Numerical study of the generation of metachronal waves in layers of beating cilia using a Lattice Boltzmann method. Application to the generation of fluid motion at the cell scale.

Representation of the vorticity in the mucus layer caused by beating cilia.


Cilia are flexible elongated whip-like structures which are ubiquitous in nature. Indeed, the collective beating of arrays of thousands of cilia can transport fluid (mucus in airways) or induce locomotion on microorganisms swimming in water. From a purely hydrodynamical point of view, cilia do not beat randomly, but rather generate typical metachronal waves at their surface. In this work, we study the self-organization of the beating motion of large fields of beating cilia in a two-component flow environment, made of water and a much more viscous fluid. The numerical solver is based on an immersed boundary-lattice Boltzmann method in the context of single- and multi-component fluid flows, and in the presence of fixed or moving solid boundaries. The solver has been validated in previous studies. Various parameters are varied, such as length, spacing and phase motion of individual cilia. The energetic performances of different kind of waves are studied to understand the emergence of antiplectic metachronal waves, commonly observed in nature. It is found that a purely hydrodynamical coupling between fluid and cilia can explain the onset of metachronal waves in cilia arrays, and that these waves are maximizing a performance ratio.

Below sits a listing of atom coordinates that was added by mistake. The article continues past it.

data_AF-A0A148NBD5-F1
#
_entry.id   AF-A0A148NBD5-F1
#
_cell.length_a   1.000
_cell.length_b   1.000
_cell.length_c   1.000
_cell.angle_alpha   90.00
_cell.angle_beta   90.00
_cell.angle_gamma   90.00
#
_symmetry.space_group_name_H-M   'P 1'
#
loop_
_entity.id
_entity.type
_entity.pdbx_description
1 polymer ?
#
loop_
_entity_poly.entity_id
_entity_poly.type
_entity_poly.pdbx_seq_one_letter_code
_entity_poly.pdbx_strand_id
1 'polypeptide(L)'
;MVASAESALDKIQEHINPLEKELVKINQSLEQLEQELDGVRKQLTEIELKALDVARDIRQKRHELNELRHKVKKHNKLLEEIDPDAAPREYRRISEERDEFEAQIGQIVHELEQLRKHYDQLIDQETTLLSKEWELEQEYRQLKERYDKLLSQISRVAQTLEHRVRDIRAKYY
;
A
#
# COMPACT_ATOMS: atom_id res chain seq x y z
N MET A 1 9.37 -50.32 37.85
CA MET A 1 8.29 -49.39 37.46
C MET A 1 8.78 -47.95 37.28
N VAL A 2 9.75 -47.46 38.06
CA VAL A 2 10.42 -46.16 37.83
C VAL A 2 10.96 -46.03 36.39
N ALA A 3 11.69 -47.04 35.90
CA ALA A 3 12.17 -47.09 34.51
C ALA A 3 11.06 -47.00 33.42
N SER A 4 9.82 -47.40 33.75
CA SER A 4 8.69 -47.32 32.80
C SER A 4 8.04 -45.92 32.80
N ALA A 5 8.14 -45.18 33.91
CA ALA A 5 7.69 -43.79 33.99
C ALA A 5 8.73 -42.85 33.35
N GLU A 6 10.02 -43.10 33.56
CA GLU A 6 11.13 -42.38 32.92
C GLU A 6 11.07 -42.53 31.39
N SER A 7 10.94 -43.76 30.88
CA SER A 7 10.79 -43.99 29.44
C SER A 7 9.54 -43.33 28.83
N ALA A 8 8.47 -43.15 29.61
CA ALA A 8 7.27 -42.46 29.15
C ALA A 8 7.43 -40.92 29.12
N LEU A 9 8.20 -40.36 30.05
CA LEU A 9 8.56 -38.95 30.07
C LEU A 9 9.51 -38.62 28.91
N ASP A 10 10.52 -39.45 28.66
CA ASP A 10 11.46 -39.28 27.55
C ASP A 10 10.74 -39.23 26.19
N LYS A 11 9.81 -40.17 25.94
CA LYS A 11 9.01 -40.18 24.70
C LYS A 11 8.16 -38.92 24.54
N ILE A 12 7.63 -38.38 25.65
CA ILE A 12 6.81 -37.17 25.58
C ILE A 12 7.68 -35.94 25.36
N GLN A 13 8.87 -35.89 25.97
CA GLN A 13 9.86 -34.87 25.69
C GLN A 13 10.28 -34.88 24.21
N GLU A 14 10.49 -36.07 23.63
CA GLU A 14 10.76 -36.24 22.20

In American Physics Society, Division of Fluid Dynamics